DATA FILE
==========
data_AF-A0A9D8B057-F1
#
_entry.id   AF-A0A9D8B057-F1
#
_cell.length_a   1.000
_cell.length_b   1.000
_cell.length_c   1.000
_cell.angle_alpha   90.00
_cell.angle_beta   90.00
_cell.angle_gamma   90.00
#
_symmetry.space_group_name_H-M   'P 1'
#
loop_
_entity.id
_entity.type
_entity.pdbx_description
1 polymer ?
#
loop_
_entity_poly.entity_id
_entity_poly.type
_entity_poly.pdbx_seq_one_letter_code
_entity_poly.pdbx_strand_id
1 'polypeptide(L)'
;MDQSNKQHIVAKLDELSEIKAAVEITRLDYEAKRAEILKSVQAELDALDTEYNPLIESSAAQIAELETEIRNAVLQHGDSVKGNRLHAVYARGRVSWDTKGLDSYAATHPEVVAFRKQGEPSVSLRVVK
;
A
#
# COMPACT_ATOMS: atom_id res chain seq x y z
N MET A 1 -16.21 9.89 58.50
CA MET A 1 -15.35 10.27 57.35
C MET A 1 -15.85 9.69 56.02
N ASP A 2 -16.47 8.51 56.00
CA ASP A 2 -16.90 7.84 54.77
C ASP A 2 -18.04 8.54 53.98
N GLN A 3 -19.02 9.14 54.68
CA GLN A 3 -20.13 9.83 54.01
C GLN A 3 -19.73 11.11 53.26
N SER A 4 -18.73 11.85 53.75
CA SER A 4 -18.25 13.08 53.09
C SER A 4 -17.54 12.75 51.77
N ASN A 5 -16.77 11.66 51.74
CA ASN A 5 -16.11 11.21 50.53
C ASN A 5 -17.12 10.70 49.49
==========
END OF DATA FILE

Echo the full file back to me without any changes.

data_AF-A0A9D8B057-F1
#
_entry.id   AF-A0A9D8B057-F1
#
_cell.length_a   1.000
_cell.length_b   1.000
_cell.length_c   1.000
_cell.angle_alpha   90.00
_cell.angle_beta   90.00
_cell.angle_gamma   90.00
#
_symmetry.space_group_name_H-M   'P 1'
#
loop_
_entity.id
_entity.type
_entity.pdbx_description
1 polymer ?
#
loop_
_entity_poly.entity_id
_entity_poly.type
_entity_poly.pdbx_seq_one_letter_code
_entity_poly.pdbx_strand_id
1 'polypeptide(L)'
;MDQSNKQHIVAKLDELSEIKAAVEITRLDYEAKRAEILKSVQAELDALDTEYNPLIESSAAQIAELETEIRNAVLQHGDSVKGNRLHAVYARGRVSWDTKGLDSYAATHPEVVAFRKQGEPSVSLRVVK
;
A
#
# COMPACT_ATOMS: atom_id res chain seq x y z
N MET A 1 -16.21 9.89 58.50
CA MET A 1 -15.35 10.27 57.35
C MET A 1 -15.85 9.69 56.02
N ASP A 2 -16.47 8.51 56.00
CA ASP A 2 -16.90 7.84 54.77
C ASP A 2 -18.04 8.54 53.98
N GLN A 3 -19.02 9.14 54.68
CA GLN A 3 -20.13 9.83 54.01
C GLN A 3 -19.73 11.11 53.26
N SER A 4 -18.73 11.85 53.75
CA SER A 4 -18.25 13.08 53.09
C SER A 4 -17.54 12.75 51.77
N ASN A 5 -16.77 11.66 51.74
CA ASN A 5 -16.11 11.21 50.53
C ASN A 5 -17.12 10.70 49.49